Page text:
28. John Carroll (1892-1971), war hero
John Carroll was born in Brisbane and came to Western Australia as a young man. He worked as a labourer in Kalgoorlie and Karrawang until he enlisted in April 1916. He was posted to the 44th Battalion, composed mainly of Western Australians, and later to the 33rd Battalion in England for service in France as part of General Monash’s 3rd Division. He was twice wounded and was awarded the Victoria Cross in June 1917.
Carroll’s citation for the Victoria Cross read as follows:
St Ives, France, 7-10 June 1917, Citation Private John
Carroll, 33rd Australian Infantry Battalion
For most conspicuous bravery. During an attack, immediately the barrage lifted Private John Carroll rushed the enemy’s trench and bayoneted four of the enemy. He assisted a comrade and killed one of the enemy. He worked ahead with great determination until he came across a machinegun with a team of four men. He attacked the team, killing three of the men and capturing the gun. He extracted two comrades after they were buried, in spite of heavy shelling. Private Carroll displayed most wonderful courage and fearlessness… his gallantry and devotion to duty inspired all ranks in his battalion.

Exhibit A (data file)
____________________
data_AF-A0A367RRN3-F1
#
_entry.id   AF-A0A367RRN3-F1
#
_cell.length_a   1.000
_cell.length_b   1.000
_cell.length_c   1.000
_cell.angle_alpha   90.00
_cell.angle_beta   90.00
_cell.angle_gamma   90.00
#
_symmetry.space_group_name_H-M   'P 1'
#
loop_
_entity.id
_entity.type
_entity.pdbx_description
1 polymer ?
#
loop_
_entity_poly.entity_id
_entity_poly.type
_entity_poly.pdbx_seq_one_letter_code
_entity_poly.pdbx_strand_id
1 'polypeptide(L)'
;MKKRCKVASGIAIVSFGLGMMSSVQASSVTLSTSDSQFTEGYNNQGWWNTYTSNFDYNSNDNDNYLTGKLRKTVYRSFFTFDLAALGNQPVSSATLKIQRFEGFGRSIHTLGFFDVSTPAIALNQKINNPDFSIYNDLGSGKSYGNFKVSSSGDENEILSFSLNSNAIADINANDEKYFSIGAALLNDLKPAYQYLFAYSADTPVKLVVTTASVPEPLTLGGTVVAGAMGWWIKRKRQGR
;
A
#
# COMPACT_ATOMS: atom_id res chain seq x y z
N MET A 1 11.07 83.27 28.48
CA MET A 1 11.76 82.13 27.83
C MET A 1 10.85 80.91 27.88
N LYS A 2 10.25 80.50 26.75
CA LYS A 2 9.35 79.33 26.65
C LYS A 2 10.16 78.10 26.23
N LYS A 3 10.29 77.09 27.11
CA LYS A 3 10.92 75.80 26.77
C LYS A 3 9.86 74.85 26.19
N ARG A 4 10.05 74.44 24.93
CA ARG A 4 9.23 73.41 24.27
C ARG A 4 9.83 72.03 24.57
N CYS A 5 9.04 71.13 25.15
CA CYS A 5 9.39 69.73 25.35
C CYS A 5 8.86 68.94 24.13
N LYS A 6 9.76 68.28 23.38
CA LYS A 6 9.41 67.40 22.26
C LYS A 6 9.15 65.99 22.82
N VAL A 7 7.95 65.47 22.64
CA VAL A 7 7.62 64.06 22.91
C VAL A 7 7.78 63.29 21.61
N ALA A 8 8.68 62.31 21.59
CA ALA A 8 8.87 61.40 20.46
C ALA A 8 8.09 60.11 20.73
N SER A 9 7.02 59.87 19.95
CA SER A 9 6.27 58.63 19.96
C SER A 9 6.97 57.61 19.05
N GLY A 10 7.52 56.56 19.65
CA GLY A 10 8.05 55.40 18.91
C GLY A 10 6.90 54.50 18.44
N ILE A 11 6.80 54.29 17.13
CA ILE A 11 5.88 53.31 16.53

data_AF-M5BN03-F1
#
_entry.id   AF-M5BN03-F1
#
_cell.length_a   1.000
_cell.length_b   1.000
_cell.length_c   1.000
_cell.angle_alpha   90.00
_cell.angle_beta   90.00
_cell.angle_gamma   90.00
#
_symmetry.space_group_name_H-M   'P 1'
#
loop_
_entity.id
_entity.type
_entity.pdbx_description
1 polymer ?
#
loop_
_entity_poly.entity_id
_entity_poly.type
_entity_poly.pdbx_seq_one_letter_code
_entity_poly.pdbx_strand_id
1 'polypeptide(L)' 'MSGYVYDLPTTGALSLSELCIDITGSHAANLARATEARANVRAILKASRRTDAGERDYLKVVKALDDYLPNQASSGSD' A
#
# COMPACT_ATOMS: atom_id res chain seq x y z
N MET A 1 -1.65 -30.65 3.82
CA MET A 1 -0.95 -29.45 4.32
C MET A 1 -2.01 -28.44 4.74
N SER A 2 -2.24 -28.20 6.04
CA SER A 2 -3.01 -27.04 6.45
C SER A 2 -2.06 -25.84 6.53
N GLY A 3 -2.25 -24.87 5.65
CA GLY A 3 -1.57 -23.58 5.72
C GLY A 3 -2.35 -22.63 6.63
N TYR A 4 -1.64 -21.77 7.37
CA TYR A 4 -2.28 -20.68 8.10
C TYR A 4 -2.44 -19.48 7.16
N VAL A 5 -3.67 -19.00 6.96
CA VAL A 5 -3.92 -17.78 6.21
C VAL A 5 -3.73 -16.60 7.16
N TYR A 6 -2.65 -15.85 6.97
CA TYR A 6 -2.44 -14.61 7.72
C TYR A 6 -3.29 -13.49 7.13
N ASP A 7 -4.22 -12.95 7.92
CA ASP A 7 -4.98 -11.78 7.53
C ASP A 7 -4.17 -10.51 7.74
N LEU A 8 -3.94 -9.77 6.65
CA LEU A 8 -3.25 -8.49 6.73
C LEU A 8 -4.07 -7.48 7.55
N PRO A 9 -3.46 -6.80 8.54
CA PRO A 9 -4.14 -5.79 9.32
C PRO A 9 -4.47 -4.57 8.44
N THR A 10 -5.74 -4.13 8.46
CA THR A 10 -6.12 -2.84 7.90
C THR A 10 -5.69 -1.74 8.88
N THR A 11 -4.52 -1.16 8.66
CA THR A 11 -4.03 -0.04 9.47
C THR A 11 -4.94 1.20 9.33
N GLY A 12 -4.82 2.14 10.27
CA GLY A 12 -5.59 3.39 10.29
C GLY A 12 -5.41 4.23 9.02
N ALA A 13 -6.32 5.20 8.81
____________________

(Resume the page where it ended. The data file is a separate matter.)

- London Gazette: 2 August 1917.
Carroll returned to Australia in August 1918 and in 1923 married Mary Brown. Whilst working as a truck examiner at a timber mill at Yarloop, his foot was badly crushed and eventually amputated.